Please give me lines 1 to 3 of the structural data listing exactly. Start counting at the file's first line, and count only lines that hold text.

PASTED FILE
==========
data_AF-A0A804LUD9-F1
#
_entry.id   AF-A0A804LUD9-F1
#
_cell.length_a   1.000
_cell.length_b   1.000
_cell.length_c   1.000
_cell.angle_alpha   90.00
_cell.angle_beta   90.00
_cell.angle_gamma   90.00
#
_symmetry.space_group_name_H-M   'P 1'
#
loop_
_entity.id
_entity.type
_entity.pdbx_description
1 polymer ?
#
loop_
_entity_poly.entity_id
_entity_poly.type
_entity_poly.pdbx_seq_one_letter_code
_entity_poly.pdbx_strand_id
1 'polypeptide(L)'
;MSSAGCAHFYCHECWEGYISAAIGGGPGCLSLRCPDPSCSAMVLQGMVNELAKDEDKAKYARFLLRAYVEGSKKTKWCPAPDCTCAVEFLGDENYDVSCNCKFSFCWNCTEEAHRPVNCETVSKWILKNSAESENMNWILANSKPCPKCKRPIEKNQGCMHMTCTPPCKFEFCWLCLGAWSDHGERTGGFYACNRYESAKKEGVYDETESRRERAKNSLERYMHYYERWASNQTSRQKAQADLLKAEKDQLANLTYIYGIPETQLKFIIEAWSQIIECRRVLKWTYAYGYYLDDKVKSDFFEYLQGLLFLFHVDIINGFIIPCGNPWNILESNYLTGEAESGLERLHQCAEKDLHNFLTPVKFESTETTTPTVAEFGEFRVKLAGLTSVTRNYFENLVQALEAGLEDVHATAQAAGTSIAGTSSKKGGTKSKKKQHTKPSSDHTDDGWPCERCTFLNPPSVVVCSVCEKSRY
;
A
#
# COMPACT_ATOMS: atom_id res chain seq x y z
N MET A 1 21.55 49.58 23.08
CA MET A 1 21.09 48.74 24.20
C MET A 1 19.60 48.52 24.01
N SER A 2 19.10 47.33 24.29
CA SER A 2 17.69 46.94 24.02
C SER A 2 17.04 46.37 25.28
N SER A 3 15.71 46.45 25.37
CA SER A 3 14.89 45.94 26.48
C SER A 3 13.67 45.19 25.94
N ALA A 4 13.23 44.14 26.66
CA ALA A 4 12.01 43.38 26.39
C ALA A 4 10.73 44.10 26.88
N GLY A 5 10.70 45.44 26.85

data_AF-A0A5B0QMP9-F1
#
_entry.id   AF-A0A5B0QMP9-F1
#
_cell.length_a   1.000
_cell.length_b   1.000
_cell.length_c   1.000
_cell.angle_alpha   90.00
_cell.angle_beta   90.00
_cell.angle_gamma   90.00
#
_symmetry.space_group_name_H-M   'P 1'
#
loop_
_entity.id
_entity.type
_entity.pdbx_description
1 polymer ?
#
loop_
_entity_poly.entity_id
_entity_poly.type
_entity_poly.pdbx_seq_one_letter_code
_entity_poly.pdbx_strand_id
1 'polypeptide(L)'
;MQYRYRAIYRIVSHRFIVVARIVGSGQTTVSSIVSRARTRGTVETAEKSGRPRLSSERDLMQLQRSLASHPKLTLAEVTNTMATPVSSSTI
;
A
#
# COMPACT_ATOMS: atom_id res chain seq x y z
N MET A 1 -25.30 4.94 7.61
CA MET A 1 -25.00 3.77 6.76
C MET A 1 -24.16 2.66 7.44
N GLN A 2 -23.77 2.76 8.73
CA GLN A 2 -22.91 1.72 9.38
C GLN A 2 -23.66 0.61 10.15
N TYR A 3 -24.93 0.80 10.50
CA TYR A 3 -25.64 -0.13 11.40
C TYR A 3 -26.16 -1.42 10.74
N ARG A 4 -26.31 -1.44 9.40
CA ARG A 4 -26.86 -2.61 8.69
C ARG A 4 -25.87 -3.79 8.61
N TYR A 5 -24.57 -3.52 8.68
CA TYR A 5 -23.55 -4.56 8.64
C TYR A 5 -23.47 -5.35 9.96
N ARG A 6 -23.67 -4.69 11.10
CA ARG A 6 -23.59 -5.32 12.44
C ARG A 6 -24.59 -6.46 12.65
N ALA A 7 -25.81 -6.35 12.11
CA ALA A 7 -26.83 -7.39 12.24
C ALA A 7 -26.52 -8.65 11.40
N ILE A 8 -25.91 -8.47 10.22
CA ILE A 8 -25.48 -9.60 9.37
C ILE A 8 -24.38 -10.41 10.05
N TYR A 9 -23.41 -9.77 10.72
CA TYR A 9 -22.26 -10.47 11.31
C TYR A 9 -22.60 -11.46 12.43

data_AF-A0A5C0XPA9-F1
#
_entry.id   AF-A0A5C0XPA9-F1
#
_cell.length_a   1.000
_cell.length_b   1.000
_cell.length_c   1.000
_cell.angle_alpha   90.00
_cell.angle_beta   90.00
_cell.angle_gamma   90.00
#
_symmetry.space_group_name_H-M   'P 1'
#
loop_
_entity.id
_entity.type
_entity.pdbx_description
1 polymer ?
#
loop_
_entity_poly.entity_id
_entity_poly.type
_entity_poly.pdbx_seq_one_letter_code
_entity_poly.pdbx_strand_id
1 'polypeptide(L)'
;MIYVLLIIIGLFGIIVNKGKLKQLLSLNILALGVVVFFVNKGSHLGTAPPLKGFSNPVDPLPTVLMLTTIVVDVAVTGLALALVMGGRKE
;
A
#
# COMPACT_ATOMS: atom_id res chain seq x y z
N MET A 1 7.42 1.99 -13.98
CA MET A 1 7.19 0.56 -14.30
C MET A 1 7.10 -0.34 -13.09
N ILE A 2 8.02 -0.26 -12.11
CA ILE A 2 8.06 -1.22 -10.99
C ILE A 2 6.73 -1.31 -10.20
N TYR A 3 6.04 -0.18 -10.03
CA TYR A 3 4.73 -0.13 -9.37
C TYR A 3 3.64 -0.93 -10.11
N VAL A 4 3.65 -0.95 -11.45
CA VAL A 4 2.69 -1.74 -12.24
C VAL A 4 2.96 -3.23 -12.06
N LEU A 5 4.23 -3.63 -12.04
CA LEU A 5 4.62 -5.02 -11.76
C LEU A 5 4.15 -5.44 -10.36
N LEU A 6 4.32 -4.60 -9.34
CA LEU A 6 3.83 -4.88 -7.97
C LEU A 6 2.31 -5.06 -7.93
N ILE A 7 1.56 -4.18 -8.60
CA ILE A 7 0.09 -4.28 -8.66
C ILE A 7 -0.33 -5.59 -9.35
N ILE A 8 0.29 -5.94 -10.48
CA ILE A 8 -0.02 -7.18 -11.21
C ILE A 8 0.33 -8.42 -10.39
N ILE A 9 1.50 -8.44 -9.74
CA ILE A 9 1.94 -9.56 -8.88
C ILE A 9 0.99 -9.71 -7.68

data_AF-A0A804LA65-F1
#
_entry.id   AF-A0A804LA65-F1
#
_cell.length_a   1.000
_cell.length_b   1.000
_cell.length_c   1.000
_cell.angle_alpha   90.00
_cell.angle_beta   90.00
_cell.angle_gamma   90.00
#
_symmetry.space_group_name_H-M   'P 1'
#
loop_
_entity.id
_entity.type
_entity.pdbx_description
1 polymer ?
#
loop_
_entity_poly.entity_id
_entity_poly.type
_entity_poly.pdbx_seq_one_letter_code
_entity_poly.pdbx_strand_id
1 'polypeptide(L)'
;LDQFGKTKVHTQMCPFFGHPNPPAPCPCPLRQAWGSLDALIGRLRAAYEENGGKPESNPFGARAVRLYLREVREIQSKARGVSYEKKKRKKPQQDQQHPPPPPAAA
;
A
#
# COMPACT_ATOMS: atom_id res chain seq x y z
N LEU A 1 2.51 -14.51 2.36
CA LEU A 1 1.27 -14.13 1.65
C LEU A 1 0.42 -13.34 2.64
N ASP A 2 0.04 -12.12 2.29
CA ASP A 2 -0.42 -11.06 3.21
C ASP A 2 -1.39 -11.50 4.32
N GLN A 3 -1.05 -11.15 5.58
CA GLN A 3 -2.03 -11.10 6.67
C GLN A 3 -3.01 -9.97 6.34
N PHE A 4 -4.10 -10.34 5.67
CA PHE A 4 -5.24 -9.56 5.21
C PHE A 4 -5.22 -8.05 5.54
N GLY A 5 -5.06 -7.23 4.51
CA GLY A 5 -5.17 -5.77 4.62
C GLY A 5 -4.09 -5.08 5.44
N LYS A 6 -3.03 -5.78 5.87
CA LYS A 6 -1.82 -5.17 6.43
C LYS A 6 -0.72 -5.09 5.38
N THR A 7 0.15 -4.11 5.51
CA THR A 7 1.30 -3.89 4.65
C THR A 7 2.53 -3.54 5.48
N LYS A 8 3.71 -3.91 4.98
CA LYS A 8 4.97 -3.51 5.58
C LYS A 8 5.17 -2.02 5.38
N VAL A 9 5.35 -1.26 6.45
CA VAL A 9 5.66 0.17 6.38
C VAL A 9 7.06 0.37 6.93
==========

data_AF-A0A804LUD9-F1
#
_entry.id   AF-A0A804LUD9-F1